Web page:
Telstra has frozen its job-cutting program for six months, suspended late-payment fees and disconnections, and will hire 1000 temporary contractors to help counter the economic toll of the COVID-19 outbreak.
On Friday, the telco giant also said it would bring forward $500 million capital expenditure from the next financial year to increase its network capacity during the coronavirus pandemic and help it accelerate the rollout of its 5G network.
Chief executive Andy Penn said the virus would likely have an impact on the company’s future balance sheet, but said it was important for big business to “show leadership and contribute to the national response”.
“Like many businesses it is expected to be material and will depend on how the situation and its impact on the economy and our customers evolves,” Mr Penn said.
“While it is critical we maintain a strong position, we also believe there are a range of additional initiatives we can undertake now to help support the broader economy.”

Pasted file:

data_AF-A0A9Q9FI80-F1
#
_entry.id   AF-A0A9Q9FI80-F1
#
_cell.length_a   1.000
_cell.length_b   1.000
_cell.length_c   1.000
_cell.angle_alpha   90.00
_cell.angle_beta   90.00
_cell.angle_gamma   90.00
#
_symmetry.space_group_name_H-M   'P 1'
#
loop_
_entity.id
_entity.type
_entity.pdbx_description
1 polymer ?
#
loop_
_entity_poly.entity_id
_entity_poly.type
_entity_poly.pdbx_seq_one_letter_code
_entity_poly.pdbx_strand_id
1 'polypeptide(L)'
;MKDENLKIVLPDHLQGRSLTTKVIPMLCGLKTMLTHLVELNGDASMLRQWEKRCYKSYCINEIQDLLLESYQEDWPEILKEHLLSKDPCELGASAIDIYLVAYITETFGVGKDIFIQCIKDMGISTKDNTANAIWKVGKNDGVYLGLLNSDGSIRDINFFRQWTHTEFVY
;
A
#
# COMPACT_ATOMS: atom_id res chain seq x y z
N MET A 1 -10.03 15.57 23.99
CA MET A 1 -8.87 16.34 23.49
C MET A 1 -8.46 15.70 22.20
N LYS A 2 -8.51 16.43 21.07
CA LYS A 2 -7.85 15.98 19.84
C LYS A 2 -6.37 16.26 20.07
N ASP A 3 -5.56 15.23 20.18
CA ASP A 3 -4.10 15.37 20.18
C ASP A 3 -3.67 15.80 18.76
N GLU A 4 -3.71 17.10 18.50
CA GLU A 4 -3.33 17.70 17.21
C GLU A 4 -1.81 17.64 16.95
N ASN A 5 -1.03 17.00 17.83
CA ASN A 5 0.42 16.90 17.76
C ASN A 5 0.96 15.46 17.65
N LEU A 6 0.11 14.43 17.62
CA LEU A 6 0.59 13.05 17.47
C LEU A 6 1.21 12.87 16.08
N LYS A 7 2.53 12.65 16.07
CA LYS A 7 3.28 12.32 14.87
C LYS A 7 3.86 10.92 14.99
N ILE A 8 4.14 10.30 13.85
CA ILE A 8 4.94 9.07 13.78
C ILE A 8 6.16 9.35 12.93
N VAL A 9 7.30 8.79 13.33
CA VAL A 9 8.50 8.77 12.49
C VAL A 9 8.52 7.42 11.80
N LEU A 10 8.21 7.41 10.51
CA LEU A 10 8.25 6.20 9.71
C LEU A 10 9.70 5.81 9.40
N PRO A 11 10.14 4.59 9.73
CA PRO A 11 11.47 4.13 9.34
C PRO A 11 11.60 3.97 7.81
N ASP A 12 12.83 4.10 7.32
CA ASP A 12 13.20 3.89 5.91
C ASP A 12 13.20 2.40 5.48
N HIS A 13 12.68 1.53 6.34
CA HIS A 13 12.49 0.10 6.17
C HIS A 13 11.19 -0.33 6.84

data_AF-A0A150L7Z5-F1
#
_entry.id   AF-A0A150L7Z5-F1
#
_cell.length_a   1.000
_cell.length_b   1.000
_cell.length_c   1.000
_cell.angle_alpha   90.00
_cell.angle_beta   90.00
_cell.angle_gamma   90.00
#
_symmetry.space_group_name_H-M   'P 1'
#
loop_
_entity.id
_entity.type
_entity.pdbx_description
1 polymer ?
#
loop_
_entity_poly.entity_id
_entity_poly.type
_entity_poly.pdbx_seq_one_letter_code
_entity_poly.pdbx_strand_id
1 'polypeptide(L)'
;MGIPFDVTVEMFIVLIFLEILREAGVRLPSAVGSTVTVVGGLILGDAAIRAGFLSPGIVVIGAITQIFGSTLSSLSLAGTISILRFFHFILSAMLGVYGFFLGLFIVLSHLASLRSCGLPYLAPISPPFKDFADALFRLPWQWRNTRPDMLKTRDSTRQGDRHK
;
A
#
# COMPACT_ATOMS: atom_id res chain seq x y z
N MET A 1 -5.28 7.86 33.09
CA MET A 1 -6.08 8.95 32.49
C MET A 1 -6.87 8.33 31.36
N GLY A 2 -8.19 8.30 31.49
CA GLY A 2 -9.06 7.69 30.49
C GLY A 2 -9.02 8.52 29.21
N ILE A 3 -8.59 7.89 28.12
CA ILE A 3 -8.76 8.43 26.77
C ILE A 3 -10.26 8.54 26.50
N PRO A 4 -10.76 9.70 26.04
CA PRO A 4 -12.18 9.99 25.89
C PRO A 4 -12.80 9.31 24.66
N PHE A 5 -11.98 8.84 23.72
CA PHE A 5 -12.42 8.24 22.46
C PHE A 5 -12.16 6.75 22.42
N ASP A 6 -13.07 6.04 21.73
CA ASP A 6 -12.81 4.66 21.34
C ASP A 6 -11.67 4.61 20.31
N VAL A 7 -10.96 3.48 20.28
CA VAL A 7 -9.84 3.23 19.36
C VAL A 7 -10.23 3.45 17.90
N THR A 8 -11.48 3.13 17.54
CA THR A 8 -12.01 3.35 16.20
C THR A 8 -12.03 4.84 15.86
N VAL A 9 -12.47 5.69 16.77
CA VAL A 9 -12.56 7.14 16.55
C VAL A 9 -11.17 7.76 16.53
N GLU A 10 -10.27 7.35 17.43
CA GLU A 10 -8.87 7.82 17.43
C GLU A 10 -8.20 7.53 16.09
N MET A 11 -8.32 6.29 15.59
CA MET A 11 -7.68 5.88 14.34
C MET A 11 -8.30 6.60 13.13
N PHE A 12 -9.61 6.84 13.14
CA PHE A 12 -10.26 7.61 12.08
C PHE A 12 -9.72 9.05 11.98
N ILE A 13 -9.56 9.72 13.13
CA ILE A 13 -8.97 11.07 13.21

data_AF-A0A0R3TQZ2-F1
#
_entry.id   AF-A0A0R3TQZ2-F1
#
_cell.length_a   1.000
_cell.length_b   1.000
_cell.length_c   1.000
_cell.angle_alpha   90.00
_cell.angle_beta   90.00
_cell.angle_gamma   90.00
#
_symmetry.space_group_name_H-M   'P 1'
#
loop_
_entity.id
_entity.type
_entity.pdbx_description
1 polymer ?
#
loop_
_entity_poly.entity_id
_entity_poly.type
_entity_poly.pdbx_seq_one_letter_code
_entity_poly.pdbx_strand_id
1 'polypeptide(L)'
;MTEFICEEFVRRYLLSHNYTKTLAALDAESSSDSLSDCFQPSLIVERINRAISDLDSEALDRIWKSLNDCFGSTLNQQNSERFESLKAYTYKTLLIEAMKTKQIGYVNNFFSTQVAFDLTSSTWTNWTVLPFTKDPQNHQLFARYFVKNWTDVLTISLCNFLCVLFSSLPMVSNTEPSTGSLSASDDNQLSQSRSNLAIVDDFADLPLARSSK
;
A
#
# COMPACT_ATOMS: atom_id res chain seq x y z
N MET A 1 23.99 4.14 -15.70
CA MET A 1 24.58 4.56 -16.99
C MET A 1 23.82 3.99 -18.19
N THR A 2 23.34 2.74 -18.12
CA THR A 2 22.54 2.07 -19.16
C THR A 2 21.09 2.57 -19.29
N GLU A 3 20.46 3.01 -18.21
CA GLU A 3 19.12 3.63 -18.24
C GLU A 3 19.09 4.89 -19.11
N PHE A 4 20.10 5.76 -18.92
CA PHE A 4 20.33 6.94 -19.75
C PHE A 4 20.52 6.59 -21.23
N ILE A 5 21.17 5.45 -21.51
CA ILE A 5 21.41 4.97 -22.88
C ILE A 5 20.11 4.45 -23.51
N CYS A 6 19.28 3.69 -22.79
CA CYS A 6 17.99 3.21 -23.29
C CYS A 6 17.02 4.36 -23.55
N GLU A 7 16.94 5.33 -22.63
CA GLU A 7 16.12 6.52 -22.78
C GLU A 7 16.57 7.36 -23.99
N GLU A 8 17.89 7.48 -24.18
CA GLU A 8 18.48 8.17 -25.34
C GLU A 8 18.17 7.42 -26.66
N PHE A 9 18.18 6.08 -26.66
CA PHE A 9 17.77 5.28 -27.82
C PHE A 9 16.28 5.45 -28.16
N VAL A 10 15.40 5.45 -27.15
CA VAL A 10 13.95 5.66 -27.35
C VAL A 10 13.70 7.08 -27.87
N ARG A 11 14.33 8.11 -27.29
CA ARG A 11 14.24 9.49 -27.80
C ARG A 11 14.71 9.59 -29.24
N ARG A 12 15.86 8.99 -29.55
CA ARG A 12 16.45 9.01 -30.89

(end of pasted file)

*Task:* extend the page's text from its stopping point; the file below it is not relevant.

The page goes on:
Telstra said small businesses and consumers unable to pay their bills would not be charged late fees or disconnected until at least the end of April. The policy would be reviewed then.
These measures are in addition to unlimited data allowances on fixed broadband and extra mobile data for Telstra’s consumer and small business customers, as well as extra paid leave for Telstra employees and casuals.
The 1000 temporary staff hires will help the company handle a spike in call centre volumes.
Telstra committed to continuing its productivity program to reduce underlying fixed costs by $2.5 billion annually by the end of FY22 but will not cut jobs for the next six months.
At its first-half results last month, Telstra said it had completed 6900 of the 8000 net job cuts it flagged in June 2018.
Telstra’s current outlook remains within the range of its FY20 guidance, which it changed in September to reflect the costs of the National Broadband Network rollout.
The FY20 outlook is outlook is, however, at the bottom end of the range for free cash flow and underlying earnings, and the bottom end of the $0-$500 million range for growth in underlying earnings, excluding the in-year NBN headwind.